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Satire: Procrastination is Wonderful

Posted 05/06/2024 by Ben Scherer

There are many reasons why people should procrastinate more. photo by Ben Scherer

You know what they say: “push things to the last minute, and they only take a minute to do.”

According to an American Psychological Association article, 80-95% of college students procrastinate. Furthermore, a Gitnux article states that around 50% of high schoolers procrastinate. These numbers imply that many students are in the same boat when it comes to procrastination. But is procrastination good? Procrastination often leads to negative effects such as stress, anxiety, and other negative effects. But after all, why should we do some boring, tedious, task, when you can do something better like watching a movie, when in the end, you can put it off to the last minute? Here are the top three reasons why you should procrastinate more.

Reason number one: procrastination is a genius method to avoid the pain of doing boring tasks. Instead of completing a task, why not just push it to the last minute to make the pain not last as long? For example, if you had to write a boring research paper for history, it would be completely logical to push it off at the last minute because delaying the paper allows you to delay the pain of boredom, giving you a sense of relief until the paper needs to be turned in. 

Reason number two: you get work done “faster.” When you push a task to the last minute, you typically get that adrenaline rush to complete the task before the due date has passed. So if an assignment was designed to take a week to complete, it could definitely be put off until the hour before the due date. Voilà, you just saved 6 days and 23 hours. You can do so much with that time. Sophomore Emerson DeZeeuw Spencer says that procrastination helped him because “when [I push an] assignment to the last minute, it helps me lock in, and I am able to do the assignment faster.” 

Reason number three: procrastinating helps you complete unnecessary tasks. According to Parkinson’s Law, “work expands to the time allowed for it,” meaning that if a deadline was set for a week, the task would have to be completed within a week. This implies that if you have time, you can do important stuff like: playing video games, sleeping, and other activities other than doing the task that needs to be done. So procrastination ensures that you complete tasks that are unnecessary.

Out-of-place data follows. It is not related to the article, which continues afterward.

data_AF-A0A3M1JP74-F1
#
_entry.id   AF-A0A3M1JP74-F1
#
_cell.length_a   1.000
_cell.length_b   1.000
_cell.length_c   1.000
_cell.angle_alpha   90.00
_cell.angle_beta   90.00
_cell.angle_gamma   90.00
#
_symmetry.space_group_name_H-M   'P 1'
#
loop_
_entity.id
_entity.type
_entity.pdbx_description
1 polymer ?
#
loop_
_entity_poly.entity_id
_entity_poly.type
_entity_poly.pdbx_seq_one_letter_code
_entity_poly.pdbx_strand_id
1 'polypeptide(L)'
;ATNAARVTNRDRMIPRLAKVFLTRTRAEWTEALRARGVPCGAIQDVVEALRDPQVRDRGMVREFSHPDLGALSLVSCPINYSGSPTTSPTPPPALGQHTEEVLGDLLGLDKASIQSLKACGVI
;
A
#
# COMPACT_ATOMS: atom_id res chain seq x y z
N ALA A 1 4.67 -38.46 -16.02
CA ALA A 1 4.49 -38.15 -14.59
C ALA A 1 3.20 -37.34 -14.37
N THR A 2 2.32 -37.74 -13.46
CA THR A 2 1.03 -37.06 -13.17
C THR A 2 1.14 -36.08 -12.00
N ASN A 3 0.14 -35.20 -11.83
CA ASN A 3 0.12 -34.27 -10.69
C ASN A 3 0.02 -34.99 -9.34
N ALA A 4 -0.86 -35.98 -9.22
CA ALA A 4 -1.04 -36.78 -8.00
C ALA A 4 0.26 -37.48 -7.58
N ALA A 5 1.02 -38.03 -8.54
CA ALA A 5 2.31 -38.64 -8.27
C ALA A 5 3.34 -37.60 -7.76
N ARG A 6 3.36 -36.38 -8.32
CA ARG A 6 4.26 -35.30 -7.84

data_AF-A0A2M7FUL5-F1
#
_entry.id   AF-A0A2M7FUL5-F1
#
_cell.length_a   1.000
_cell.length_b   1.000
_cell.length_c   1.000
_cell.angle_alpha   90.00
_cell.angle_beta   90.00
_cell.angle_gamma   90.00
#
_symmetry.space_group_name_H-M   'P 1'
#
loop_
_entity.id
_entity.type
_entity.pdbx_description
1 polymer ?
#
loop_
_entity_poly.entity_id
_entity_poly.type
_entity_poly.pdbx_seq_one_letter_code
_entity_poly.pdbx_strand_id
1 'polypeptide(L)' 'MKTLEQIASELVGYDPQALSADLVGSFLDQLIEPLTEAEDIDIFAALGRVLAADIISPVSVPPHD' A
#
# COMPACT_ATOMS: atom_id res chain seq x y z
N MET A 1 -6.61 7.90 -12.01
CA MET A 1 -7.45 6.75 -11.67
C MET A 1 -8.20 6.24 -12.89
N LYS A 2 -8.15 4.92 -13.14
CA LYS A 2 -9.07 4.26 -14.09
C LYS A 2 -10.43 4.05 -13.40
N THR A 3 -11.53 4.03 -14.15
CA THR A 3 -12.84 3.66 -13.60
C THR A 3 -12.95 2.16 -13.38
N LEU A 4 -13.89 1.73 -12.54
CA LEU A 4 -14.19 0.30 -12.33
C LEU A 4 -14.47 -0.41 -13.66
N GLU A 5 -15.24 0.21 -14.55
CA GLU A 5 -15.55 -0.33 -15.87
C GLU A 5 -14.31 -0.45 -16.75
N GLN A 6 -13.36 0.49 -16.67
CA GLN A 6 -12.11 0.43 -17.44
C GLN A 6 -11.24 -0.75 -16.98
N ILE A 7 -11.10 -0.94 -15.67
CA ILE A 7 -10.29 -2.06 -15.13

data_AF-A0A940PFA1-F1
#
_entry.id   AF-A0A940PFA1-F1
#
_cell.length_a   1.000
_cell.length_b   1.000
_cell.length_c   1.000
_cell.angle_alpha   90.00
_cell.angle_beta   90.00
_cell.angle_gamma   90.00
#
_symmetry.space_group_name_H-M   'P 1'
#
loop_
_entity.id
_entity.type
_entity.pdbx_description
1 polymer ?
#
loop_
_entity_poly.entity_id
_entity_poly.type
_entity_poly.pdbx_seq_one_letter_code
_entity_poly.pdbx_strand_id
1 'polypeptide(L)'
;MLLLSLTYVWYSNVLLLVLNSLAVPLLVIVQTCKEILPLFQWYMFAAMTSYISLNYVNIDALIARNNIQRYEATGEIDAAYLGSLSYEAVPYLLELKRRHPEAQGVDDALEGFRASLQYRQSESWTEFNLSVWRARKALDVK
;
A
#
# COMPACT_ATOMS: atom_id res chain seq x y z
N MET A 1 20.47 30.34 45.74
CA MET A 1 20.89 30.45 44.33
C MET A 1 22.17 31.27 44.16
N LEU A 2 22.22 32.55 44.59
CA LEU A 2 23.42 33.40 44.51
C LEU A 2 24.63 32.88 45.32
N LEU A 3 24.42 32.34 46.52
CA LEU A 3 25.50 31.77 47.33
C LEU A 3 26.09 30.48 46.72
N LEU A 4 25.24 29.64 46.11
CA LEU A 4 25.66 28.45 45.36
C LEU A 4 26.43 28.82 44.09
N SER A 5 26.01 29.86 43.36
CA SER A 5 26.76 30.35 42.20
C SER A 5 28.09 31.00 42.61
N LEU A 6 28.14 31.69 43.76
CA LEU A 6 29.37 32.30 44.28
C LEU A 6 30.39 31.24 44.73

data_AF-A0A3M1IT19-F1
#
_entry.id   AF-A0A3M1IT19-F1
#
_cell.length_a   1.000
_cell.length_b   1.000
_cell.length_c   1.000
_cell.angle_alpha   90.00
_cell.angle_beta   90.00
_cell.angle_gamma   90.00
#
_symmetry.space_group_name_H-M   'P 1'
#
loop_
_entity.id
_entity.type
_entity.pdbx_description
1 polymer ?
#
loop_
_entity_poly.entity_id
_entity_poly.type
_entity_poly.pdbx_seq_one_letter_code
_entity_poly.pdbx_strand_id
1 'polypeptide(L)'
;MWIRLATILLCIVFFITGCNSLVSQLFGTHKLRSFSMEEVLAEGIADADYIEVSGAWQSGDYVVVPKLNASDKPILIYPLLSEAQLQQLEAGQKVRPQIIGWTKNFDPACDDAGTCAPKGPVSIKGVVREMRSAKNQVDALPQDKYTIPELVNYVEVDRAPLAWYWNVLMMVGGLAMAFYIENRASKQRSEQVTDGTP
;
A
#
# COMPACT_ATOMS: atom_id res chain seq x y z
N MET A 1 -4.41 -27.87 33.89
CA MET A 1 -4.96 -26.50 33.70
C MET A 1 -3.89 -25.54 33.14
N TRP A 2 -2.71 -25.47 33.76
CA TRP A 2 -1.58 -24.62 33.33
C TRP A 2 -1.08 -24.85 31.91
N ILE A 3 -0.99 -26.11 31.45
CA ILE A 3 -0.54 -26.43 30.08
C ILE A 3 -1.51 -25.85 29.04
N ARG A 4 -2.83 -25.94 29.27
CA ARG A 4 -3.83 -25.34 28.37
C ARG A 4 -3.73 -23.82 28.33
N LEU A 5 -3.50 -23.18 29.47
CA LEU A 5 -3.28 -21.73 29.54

These are the top three reasons why you should procrastinate more. But if you procrastinate a lot, why not get better at it? After all, procrastination teaches you that you can do a month’s worth of work in a week. So here are three ways to get better at procrastination. 

Number one: the “I will start at 5:00 p.m. – no excuses” method. This method is effective because it often leads to further procrastination. For example, when using this strategy, it is often likely that the task will be pushed off to 6:00 PM. You likely find a reason why 6:00 PM is better than completing the task at 5:00 PM. (Quote) 

Number two: find distractions that prevent you from doing what needs to be done. This will help you procrastinate even more as it helps distract you from doing the important tasks. This is a brilliant way to avoid doing work that you should be doing. 

Number three: if you push a task off to the last hour, it will only take an hour. Since you procrastinated, you now have the consequence of getting a huge adrenaline rush to finish the task right before the deadline. This ensures that you will get what needs to be done in a matter of no time. 

Procrastinating shows how wonderful pushing tasks to the last minute is. This choice ensures that when doing a boring task, it is better to spend your time doing something other than a boring task. So the next time you get a boring task or assignment, it is always a good choice to procrastinate.